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View Poll Results: Grade the movie...
Excellent 1 2.70%
Above Average 7 18.92%
Average 7 18.92%
Below Average 7 18.92%
Poor 15 40.54%
Voters: 37. You may not vote on this poll

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Old July 3 2010, 07:03 PM   #76
CaptainCanada
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Re: The Last Airbender - Grading & Discussion

EW predicts based on current numbers that TLA will make about $70 million by Sunday, which, given the terrible reviews, is a pretty decent sum. We'll see how it holds, because the word of mouth is pretty terrible, from what I've seen.

But, at a minimum, I don't think the studio will lose money on this, once foreign box office is tallied, etc.
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Old July 4 2010, 03:16 AM   #77
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Re: The Last Airbender - Grading & Discussion

Dennis wrote: View Post
Kelthaz wrote: View Post
Yeah, Ebert's definitely a bit on the insane side. I rarely pay any attention to his movie reviews.
Paying attention to Ebert has saved me an insane amount of money and time that would otherwise have been completely wasted on trash.
It's the opposite for me: reading Ebert has caused me to spend a not insignificant amount of time and money on films I otherwise would likely never have seen.


Christopher wrote:
So you're dead wrong to call it a double standard. It's the exact same standard -- the desire to see fair hiring practices -- applied to two different scenarios. Your mistake is in thinking it's about the characters. It's not, because characters aren't real and don't have to feed their families. It's about real human beings and their right to fair employment opportunities.
As a viewer I couldn't care less about the 'real world' behind the art; whether it be hiring practices, Polanski's checkered past, or Russel Crowe's penchant for hurling telephones. There's a time and place to be concerned about such things; and - again, as a viewer - in relation to any given artwork is not it.
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Old July 4 2010, 03:19 AM   #78
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Re: The Last Airbender - Grading & Discussion

Well, I'll end up seeing it because one of my friends wants me to go with him on Tuesday (he's buying, so how could I refuse?!). Hopefully I will enjoy it. I certainly want to enjoy it, but I want them to give the characters their due, because I absolutely love the source material and am hoping for an enjoyable film.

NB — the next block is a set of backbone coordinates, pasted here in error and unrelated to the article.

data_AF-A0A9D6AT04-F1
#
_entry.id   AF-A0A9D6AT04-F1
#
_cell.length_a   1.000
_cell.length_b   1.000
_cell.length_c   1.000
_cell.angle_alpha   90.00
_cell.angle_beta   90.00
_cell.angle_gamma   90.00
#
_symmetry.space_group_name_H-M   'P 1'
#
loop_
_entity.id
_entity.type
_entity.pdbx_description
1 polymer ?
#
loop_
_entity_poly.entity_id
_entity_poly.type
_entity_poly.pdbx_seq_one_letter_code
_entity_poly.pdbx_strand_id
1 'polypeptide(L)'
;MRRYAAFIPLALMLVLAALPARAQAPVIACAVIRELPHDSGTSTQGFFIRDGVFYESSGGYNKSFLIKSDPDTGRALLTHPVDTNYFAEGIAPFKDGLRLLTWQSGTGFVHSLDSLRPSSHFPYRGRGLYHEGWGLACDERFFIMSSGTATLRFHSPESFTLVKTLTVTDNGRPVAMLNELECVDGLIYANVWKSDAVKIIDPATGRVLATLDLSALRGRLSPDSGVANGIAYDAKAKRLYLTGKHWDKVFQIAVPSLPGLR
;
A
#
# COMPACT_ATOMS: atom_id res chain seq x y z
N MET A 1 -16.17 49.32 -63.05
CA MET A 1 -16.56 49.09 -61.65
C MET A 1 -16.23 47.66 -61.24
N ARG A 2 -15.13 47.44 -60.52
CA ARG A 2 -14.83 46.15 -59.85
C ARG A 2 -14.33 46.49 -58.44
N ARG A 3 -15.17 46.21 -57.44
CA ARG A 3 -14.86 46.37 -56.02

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Old July 4 2010, 04:20 AM   #79
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Re: The Last Airbender - Grading & Discussion

Rii wrote: View Post
Christopher wrote:
So you're dead wrong to call it a double standard. It's the exact same standard -- the desire to see fair hiring practices -- applied to two different scenarios. Your mistake is in thinking it's about the characters. It's not, because characters aren't real and don't have to feed their families. It's about real human beings and their right to fair employment opportunities.
As a viewer I couldn't care less about the 'real world' behind the art; whether it be hiring practices, Polanski's checkered past, or Russel Crowe's penchant for hurling telephones. There's a time and place to be concerned about such things; and - again, as a viewer - in relation to any given artwork is not it.
But the specific question being raised here was why there was allegedly a "double standard" approving of casting nonwhites in traditionally white roles but protesting the casting of whites in nonwhite roles. The answer to that specific question is that it's a hiring issue. What you're discussing here, your taste as a viewer, is a separate matter.

Although not entirely separate. If your priority is entertainment and enjoyment of the artwork, surely the talent and charisma of the performers should matter more than their complexion. And the more diversity there is in casting, the greater the pool of talent you have to draw on and the better the odds of getting a really superb performer, regardless of appearance.

And as for myself, I like diversity. I find it aesthetically preferable to uniformity. So for me, casting inclusively is about the art, in more ways than one.
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Old July 4 2010, 11:12 AM   #80
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Re: The Last Airbender - Grading & Discussion

Christopher wrote: View Post